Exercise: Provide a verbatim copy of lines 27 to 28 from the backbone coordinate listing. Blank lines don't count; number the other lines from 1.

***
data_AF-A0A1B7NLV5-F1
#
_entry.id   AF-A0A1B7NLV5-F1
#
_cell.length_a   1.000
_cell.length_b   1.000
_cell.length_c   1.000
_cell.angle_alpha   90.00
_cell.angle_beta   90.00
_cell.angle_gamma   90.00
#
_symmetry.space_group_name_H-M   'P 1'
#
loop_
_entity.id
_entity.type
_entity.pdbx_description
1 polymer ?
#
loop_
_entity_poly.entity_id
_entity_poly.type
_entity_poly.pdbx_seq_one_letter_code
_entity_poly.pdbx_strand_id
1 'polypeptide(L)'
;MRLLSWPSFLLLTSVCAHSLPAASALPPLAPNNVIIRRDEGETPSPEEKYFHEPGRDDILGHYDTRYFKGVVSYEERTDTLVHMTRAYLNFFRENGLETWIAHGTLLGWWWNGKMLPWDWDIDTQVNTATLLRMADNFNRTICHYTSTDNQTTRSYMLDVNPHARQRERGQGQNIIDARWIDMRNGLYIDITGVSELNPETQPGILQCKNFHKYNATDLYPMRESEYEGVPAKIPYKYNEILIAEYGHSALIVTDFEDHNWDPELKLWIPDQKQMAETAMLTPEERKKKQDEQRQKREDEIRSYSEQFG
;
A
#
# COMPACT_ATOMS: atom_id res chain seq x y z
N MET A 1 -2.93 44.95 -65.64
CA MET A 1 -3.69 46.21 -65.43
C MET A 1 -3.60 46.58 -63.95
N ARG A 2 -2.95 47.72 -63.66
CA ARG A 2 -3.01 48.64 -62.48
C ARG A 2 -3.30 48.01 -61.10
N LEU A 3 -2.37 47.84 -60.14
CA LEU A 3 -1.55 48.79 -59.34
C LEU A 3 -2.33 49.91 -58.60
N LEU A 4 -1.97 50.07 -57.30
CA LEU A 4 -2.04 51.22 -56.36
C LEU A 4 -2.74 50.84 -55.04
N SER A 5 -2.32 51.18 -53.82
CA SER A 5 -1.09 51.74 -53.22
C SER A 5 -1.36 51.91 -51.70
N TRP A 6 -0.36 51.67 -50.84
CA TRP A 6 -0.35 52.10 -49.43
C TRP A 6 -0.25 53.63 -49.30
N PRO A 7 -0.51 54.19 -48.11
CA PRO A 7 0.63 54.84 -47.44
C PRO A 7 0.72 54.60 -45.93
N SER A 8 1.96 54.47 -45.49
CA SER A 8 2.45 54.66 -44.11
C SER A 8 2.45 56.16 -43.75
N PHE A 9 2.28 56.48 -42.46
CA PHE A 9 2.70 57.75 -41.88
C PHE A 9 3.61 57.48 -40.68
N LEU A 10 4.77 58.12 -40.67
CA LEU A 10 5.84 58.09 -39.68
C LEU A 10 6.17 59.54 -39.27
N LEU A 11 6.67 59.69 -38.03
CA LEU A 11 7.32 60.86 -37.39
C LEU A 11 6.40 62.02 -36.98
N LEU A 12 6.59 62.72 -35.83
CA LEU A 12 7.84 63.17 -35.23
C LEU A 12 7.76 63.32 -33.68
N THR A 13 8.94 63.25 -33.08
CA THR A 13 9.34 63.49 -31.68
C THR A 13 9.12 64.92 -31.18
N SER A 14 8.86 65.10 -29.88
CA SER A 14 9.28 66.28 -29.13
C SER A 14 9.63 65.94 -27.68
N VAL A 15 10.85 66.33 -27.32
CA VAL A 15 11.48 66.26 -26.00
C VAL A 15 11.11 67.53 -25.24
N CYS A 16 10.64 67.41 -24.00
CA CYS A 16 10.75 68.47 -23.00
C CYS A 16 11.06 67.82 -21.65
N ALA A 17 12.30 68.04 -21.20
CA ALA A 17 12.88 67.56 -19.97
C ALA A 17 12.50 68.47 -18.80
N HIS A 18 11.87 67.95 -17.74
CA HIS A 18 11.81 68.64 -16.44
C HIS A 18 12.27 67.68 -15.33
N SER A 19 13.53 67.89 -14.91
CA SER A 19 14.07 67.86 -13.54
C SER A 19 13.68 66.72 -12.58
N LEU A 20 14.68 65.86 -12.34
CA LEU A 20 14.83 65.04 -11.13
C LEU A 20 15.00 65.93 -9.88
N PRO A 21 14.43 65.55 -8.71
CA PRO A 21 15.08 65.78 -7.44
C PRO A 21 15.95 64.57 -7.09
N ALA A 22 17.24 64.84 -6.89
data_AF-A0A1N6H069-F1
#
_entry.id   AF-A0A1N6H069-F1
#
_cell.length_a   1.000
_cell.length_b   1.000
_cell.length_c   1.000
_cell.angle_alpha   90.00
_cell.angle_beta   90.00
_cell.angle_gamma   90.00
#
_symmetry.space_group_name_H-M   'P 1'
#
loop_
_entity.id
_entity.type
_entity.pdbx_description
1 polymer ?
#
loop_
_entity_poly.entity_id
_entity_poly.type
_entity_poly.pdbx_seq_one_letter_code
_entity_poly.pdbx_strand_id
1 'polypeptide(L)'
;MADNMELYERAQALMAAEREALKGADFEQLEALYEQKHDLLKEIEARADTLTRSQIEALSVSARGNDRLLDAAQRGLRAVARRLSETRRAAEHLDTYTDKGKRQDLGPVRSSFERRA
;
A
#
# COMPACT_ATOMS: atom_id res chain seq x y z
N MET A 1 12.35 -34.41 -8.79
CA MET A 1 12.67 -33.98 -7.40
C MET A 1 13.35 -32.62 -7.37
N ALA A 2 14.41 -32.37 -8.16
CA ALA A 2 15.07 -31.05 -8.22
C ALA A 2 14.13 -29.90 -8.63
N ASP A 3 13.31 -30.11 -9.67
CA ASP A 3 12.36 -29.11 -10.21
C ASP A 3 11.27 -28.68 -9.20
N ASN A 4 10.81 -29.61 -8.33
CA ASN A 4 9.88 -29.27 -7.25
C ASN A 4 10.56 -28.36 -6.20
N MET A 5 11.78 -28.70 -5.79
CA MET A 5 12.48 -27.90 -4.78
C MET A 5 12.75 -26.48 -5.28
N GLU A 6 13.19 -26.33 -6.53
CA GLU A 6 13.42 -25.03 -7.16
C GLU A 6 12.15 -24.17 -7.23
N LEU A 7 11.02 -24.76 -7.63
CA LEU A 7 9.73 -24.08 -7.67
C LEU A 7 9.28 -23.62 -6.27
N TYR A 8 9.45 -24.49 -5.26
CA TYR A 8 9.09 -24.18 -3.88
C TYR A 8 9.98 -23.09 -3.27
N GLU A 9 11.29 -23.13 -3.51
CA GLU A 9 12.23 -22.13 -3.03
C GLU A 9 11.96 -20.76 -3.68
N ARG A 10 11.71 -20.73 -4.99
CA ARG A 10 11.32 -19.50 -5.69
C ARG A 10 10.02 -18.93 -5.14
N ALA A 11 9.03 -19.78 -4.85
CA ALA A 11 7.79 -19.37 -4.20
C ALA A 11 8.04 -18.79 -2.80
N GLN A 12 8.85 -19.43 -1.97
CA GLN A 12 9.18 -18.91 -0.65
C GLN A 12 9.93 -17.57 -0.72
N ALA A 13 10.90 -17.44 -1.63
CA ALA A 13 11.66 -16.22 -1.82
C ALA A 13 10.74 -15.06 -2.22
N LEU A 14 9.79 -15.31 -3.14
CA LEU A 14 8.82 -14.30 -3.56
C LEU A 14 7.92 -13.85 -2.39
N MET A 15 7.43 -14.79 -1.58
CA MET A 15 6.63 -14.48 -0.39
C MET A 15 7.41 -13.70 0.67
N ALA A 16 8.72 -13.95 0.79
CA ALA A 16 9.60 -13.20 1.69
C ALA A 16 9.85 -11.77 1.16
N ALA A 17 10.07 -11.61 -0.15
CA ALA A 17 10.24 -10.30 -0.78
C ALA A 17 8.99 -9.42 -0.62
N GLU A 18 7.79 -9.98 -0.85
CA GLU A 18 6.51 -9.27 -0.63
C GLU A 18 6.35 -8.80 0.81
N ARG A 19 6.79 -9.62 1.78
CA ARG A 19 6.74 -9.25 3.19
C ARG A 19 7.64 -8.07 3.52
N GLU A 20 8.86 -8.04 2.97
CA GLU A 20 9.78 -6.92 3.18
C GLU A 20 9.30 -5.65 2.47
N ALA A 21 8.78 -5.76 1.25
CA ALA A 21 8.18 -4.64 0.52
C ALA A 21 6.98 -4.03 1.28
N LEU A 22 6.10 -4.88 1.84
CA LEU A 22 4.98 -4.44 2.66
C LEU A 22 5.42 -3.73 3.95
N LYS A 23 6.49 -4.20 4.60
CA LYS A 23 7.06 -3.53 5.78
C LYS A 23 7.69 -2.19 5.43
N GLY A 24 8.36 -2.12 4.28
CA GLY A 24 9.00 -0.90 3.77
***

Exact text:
;
A